Ford Model A TudorA first for New Zealand rods, it’s what’s called a newstalgia car. A combination of ultra-modern and traditional hot rod with a twist, the end result is ultimate hot rod. Rocky’s car has it in spades with trad-style wheels but modern sizing. Modern chassis components and finish are complemented with the traditional black with flames. But while it’s a first in NZ, it’s sure not to be alone for long.

Ford Model A Tudor exhaustUtilising an Australian-manufactured Deuce Customs chopped Deuce Tudor body, Reid added his own modifications including the custom alloy three-piece hood. However, it’s the little details like the thinned-out radiator surround that features flush-mounted turn signals in the lower half that really make this rod.

The in-yer-face attitude of Rocky’s Tudor owes a lot to its paintwork. Willy Johnson was the man responsible for laying down a Dupont black base and flames in a cool blend of House of Kolor Nite Glo and Kandies.

Ford Model A Tudor interiorFlame connoisseurs will note the use of tribal styling in the flames, but you’ll need to be as low as roadkill to see that the flames continue under the bonnet, down the firewall and even under the floor.

Reid made up the retractable rear number plate that operates off the ignition switch and was also responsible for the rear rolled pan, flush-mount gas flap and custom gas tank. He somehow found time to manufacture the 2½in exhaust system as well as the wiring loom, incorporating a Dakota Digital gauge cluster, VDO Dayton six-stacker CD player with four hidden speakers, and a Rods By Reid fuse box.

Ford Model A Tudor doorhandleWith the Willy Johnson paintwork and the Ian Goodwin tan-leather trim over some Recaro seats, recovered from an old Rover, Rocky’s Tudor is a real treat to ride in or watch in motion. It has that jaw-dropping appeal all good hot rods should have.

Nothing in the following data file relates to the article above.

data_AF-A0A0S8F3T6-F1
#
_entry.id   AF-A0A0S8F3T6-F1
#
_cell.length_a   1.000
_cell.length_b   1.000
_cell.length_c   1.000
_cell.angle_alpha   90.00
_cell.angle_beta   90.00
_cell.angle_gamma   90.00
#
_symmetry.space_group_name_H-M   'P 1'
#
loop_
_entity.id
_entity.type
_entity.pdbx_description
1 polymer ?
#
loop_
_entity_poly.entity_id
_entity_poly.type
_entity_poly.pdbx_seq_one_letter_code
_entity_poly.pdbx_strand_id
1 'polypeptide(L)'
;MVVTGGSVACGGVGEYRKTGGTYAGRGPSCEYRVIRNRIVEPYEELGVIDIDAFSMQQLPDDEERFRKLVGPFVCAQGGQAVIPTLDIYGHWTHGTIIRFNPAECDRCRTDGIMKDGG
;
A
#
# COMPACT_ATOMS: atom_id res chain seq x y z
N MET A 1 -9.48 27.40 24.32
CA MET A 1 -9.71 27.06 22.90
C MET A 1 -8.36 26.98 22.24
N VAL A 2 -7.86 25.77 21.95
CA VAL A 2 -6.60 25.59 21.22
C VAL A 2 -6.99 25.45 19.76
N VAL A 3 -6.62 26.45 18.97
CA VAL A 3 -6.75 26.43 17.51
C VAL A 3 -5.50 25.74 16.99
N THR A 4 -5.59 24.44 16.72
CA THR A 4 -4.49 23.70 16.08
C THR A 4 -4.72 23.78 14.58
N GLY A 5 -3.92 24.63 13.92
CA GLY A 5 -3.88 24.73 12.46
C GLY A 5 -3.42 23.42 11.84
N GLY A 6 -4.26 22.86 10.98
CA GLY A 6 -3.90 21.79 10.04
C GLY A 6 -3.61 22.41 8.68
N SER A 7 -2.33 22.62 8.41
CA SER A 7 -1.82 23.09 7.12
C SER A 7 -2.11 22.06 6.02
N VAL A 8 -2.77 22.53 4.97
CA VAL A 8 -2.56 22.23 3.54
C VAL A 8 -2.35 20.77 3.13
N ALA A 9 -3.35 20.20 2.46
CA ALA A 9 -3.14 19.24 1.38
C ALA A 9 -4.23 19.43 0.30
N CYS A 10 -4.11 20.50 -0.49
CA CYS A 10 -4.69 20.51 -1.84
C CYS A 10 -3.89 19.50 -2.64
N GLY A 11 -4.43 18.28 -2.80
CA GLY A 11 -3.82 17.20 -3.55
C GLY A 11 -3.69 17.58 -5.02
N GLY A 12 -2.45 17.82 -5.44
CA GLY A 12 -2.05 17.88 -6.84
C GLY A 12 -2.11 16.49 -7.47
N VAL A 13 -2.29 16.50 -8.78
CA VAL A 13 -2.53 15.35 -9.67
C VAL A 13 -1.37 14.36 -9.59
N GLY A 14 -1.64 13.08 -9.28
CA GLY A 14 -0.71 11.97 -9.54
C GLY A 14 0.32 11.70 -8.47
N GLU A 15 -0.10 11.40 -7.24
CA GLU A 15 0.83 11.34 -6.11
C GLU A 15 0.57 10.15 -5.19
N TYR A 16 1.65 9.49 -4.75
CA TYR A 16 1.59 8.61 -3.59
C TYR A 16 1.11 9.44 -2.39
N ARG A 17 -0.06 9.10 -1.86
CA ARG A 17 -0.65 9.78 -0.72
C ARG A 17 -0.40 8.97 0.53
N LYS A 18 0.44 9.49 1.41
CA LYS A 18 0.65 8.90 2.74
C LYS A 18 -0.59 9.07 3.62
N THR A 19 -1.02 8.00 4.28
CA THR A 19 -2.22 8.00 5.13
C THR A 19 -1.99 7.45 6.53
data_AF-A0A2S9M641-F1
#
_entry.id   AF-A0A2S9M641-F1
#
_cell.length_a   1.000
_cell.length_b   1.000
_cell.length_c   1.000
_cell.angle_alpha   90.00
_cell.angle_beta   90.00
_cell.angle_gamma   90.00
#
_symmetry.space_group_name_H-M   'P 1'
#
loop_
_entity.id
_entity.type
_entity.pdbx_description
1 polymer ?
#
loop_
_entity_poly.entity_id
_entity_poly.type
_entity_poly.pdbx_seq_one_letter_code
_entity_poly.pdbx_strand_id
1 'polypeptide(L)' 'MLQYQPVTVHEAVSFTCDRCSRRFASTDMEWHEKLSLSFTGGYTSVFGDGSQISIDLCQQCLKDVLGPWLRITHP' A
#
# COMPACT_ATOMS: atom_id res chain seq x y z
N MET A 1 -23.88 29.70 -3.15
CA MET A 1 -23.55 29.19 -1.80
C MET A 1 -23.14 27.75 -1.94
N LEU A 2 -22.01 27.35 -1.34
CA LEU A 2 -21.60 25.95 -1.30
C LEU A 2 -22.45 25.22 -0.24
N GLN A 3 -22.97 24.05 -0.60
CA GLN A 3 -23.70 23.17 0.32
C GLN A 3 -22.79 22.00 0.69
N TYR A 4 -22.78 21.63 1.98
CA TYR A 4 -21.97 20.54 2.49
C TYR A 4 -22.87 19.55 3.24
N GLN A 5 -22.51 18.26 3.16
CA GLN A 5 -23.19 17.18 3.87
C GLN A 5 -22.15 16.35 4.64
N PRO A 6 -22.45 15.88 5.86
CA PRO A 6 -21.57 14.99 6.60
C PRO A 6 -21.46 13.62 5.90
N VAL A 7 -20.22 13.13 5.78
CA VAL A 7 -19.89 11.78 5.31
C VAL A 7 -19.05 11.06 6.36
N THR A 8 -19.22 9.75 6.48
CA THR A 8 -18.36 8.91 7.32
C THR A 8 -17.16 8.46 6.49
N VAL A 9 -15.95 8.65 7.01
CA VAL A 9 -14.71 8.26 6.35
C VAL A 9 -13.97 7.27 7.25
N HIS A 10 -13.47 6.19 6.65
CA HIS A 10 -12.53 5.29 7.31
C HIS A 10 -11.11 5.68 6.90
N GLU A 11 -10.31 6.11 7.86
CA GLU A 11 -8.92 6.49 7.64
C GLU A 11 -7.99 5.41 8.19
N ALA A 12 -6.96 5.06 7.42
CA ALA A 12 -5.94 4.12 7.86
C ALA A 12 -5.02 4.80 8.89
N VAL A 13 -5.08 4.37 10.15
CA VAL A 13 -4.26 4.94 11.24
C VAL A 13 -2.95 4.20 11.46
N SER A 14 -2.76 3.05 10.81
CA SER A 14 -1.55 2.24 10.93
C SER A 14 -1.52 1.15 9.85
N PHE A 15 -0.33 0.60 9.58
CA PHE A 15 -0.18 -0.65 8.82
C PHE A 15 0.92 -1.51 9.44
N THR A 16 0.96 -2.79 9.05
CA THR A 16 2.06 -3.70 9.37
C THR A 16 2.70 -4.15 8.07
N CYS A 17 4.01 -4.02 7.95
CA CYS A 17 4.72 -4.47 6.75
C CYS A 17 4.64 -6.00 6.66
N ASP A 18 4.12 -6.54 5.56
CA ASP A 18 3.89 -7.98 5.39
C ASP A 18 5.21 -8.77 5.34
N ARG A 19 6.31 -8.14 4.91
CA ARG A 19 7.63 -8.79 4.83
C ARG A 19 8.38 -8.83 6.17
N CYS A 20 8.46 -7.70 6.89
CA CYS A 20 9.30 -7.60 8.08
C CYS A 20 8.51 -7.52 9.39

Yup, sure is sweet for Rocky and Sue to get on the road.

Ford Model A Tudor gaugesCRUISING COMFORT

Ian Goodwin is the leader in his field, and is responsible for the truly outstanding trim job that invites you into this Tudor. Rover Recaro seats up front, and the same car’s rear seat, have been modified to fit in the tight rear confines of the Deuce Tudor body. Ian’s trim features top-notch styling rates up there with the American vehicles that influenced the car, and complementing that are a number of American street-rod accessories: Dakota Digital gauges, Budnik steering wheel and also the Big Al’s billet aluminium arm rests.

MIKE (ROCKY) & SUE ROCKCLIFFE
1932 FORD TUDOR

Colour: Dupont Midnight Black with House of Kolor Kandy and Nite Glo flames

ENGINE
Engine: 1973 475ci big-block Chev
Induction: Stealth aluminium intake, Holley 750cfm
Ignition: MSD 6AL
Engine dress-up: Moon valve covers, breathers and air cleaner
Radiator: Custom-built copper four-core
Headers: Custom by Rods By Reid, ceramic-coated
Exhaust: Custom by Rods By Reid, twin 2½in with ceramic-coated Ultra Tuff mufflers

GEARBOX
Gearbox: GM T5 five-speed BorgWarner
Clutch: Centreforce
Driveshaft: Custom by Rods By Reid

STEERING & SUSPENSION
Steering: GM rack and pinion with a Camaro column
Front suspension: Custom stainless option by Rods By Reid, utilising Rods By Reid lo-rider stub axles
Shocks: Affco shocks with Carrera coils
Diff: Polished and plated Jaguar independent rear, 3.5 ratio LSD – sprint car-style anti-roll bar
Brakes: Wilwood 4-pot and Wilwood 11-inch rotors all round
Wheels: 15x7 ET (f) and 18x10 American Racing Torque Thrust II (r)
Tyres: Federal 195/50 (f) and Goodyear 235/45 (r)

INTERIOR
Seats: Recaros from Rover covered in tan leather by Ian Goodwin
Carpet: Tan wool
Steering wheel: Budnik spoke
Shifter: Momo shifter
Instruments: Dakota Digital